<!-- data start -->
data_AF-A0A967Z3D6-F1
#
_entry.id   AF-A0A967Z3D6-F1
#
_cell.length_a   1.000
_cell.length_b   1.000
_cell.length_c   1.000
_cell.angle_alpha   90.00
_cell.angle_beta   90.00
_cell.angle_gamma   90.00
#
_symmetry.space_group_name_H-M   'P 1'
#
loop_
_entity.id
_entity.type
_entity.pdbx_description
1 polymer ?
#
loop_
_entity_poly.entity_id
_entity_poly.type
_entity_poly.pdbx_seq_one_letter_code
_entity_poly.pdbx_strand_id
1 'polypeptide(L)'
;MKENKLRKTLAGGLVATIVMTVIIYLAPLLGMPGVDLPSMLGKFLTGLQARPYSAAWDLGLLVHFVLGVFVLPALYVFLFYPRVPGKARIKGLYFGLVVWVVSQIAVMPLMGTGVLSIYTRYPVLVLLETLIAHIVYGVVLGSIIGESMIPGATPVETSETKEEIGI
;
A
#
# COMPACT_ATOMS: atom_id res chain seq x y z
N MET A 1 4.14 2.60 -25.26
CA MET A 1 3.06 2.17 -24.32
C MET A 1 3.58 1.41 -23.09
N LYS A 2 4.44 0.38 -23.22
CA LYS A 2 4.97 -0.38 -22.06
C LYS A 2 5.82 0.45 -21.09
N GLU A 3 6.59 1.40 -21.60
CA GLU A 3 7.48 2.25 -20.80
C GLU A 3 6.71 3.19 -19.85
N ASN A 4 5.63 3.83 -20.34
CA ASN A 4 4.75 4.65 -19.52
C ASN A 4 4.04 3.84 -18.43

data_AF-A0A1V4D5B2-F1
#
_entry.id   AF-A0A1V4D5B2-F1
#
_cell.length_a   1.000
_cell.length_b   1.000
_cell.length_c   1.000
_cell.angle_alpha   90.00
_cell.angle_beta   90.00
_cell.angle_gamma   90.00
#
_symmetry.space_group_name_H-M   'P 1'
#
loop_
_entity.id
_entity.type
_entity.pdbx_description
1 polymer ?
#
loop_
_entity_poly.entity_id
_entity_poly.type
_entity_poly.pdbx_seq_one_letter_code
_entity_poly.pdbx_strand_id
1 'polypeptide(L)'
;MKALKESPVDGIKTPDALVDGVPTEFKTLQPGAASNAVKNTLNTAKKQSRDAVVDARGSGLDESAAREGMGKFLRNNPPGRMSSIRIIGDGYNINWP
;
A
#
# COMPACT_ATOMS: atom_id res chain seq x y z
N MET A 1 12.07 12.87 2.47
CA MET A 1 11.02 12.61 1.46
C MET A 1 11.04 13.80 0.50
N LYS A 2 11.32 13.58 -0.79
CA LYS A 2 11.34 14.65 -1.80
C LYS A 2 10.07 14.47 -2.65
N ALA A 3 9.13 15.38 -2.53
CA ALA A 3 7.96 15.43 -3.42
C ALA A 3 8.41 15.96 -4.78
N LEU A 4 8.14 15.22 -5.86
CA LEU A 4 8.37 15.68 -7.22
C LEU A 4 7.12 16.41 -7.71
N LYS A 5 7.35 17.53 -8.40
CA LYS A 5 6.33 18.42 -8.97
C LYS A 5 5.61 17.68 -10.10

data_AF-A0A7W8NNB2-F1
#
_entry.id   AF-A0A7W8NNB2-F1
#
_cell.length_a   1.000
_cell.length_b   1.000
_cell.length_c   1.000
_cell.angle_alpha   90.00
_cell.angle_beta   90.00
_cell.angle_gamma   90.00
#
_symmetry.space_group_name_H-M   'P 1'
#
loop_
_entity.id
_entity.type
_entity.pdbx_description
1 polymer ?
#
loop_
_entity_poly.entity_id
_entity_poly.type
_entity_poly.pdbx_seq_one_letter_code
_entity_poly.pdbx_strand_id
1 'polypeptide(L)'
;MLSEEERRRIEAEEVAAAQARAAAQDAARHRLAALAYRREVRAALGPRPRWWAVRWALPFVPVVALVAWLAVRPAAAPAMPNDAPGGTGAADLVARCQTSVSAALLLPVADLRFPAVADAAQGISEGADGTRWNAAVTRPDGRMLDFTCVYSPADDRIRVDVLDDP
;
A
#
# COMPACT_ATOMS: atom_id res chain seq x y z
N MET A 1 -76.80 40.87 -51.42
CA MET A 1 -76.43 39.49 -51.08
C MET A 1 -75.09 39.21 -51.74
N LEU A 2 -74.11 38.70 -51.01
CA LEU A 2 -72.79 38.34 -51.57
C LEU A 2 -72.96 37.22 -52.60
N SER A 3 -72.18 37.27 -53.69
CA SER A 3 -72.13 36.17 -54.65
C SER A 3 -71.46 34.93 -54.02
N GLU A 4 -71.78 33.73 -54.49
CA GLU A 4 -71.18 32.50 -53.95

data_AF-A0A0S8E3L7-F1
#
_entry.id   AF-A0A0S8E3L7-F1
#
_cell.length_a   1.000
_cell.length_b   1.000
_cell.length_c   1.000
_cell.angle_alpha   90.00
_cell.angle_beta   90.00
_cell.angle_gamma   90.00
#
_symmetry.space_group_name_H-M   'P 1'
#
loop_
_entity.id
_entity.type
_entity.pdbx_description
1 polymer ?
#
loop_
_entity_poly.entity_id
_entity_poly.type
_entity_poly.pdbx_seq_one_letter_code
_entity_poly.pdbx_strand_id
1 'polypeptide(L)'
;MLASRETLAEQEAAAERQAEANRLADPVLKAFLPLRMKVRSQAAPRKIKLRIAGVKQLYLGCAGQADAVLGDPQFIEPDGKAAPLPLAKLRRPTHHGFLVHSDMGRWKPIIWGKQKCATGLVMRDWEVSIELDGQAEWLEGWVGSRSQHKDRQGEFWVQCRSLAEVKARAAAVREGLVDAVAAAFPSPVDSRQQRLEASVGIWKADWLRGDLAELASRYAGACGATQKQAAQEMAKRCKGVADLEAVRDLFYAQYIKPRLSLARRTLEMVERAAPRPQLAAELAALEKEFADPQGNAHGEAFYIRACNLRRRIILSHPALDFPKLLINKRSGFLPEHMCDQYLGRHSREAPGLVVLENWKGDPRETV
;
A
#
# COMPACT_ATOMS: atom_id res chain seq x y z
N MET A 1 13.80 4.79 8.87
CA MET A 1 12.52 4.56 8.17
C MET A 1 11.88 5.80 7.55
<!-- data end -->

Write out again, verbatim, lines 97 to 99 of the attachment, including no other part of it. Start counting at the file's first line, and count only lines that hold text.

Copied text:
_cell.angle_gamma   90.00
#
_symmetry.space_group_name_H-M   'P 1'